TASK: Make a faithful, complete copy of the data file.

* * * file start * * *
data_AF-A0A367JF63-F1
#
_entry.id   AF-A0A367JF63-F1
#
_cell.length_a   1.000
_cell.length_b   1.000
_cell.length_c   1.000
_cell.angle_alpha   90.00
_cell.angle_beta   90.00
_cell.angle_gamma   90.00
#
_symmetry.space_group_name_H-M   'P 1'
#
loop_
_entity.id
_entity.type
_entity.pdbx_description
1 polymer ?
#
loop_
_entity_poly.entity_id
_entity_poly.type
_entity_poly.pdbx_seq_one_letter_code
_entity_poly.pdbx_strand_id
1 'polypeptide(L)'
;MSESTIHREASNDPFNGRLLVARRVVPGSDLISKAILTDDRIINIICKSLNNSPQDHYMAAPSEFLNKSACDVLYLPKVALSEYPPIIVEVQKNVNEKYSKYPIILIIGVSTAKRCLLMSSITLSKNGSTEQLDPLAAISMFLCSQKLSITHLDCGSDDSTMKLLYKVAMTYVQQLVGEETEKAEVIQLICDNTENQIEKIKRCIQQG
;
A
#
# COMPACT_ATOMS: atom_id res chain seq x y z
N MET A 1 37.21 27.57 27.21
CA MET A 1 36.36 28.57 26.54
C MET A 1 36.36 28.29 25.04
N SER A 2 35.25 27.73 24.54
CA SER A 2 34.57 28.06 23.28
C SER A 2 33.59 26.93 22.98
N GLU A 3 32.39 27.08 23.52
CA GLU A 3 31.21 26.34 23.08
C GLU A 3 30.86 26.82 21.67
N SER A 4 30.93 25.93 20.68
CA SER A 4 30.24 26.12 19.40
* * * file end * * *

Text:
data_AF-A0A367JF63-F1
#
_entry.id   AF-A0A367JF63-F1
#
_cell.length_a   1.000
_cell.length_b   1.000
_cell.length_c   1.000
_cell.angle_alpha   90.00
_cell.angle_beta   90.00
_cell.angle_gamma   90.00
#
_symmetry.space_group_name_H-M   'P 1'
#
loop_
_entity.id
_entity.type
_entity.pdbx_description
1 polymer ?
#
loop_
_entity_poly.entity_id
_entity_poly.type
_entity_poly.pdbx_seq_one_letter_code
_entity_poly.pdbx_strand_id
1 'polypeptide(L)'
;MSESTIHREASNDPFNGRLLVARRVVPGSDLISKAILTDDRIINIICKSLNNSPQDHYMAAPSEFLNKSACDVLYLPKVALSEYPPIIVEVQKNVNEKYSKYPIILIIGVSTAKRCLLMSSITLSKNGSTEQLDPLAAISMFLCSQKLSITHLDCGSDDSTMKLLYKVAMTYVQQLVGEETEKAEVIQLICDNTENQIEKIKRCIQQG
;
A
#
# COMPACT_ATOMS: atom_id res chain seq x y z
N MET A 1 37.21 27.57 27.21
CA MET A 1 36.36 28.57 26.54
C MET A 1 36.36 28.29 25.04
N SER A 2 35.25 27.73 24.54
CA SER A 2 34.57 28.06 23.28
C SER A 2 33.59 26.93 22.98
N GLU A 3 32.39 27.08 23.52
CA GLU A 3 31.21 26.34 23.08
C GLU A 3 30.86 26.82 21.67
N SER A 4 30.93 25.93 20.68
CA SER A 4 30.24 26.12 19.40